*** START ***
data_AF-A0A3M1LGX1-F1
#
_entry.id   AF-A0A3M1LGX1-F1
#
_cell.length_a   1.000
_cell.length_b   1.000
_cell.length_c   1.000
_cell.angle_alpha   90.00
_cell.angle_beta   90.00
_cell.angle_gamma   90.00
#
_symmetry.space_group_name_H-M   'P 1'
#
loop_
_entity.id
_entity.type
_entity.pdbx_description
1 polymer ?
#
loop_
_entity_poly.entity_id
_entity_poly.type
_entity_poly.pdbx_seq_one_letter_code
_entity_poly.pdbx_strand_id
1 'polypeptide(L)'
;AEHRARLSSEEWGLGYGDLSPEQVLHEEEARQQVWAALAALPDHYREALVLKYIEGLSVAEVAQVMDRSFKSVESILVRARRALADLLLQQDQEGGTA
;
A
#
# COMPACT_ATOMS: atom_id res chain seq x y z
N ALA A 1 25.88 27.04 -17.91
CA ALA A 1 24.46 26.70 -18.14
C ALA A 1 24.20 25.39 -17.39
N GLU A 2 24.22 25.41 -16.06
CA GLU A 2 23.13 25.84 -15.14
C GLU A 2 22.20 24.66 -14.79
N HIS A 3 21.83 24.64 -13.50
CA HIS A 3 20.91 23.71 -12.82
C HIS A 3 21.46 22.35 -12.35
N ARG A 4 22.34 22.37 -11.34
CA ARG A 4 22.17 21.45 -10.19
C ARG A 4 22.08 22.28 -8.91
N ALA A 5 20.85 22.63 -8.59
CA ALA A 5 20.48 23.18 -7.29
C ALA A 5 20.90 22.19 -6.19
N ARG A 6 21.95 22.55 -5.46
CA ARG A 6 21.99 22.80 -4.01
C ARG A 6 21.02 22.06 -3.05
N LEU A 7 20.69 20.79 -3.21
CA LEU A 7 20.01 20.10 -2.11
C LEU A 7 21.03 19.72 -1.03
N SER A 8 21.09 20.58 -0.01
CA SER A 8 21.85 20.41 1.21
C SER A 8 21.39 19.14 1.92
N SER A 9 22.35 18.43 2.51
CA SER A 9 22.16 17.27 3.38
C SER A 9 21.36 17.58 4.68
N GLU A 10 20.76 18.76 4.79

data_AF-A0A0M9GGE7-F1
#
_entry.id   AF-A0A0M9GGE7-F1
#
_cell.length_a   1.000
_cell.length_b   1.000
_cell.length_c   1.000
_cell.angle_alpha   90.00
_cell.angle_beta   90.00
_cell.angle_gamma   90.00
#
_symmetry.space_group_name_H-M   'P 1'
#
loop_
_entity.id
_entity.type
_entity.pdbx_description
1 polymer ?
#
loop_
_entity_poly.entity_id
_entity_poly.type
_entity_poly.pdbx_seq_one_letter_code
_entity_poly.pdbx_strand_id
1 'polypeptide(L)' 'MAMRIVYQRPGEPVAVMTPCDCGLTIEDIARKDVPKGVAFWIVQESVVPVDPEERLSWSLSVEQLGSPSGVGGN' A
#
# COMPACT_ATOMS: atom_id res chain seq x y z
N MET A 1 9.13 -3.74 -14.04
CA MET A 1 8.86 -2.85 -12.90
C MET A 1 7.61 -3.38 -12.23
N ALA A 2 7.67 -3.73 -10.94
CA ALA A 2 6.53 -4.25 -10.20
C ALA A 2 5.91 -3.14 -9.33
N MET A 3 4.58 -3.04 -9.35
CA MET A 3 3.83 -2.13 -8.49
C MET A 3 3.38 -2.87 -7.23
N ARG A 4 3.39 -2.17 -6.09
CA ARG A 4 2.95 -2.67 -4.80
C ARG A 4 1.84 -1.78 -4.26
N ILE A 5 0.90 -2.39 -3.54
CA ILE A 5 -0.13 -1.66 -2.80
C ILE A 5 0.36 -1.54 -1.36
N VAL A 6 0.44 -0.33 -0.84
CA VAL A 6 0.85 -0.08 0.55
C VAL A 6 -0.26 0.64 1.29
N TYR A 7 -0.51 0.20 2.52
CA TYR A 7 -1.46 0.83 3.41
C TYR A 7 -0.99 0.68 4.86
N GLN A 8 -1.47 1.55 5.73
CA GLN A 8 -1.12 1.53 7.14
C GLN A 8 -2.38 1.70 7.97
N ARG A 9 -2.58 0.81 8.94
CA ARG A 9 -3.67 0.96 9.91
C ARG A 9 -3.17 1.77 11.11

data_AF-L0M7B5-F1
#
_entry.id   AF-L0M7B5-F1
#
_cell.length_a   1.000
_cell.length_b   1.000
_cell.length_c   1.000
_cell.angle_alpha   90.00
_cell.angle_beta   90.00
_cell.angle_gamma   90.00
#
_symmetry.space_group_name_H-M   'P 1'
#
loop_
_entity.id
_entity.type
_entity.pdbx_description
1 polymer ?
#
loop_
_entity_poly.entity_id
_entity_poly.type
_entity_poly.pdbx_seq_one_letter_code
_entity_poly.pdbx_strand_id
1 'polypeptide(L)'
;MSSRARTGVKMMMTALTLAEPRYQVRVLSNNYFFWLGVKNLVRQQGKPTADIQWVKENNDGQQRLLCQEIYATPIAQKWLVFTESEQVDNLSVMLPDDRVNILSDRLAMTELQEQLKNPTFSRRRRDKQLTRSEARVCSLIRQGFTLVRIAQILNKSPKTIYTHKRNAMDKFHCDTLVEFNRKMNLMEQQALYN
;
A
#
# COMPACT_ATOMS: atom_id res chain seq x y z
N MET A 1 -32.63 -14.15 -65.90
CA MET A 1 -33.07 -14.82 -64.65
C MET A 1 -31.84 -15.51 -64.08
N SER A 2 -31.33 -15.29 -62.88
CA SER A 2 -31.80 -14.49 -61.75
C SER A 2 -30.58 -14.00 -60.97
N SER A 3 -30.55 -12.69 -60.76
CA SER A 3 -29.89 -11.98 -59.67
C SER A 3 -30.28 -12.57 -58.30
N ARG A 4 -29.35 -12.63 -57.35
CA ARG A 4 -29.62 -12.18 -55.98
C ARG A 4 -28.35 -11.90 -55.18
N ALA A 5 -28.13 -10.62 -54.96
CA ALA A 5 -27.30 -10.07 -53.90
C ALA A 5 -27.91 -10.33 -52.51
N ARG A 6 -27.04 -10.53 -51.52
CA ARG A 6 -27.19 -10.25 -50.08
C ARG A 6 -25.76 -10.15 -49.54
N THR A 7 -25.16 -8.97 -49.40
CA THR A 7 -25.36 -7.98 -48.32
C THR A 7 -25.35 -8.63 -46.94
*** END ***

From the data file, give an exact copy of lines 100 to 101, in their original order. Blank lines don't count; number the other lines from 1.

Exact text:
C ILE A 5 0.36 -1.54 -1.36
N VAL A 6 0.44 -0.33 -0.84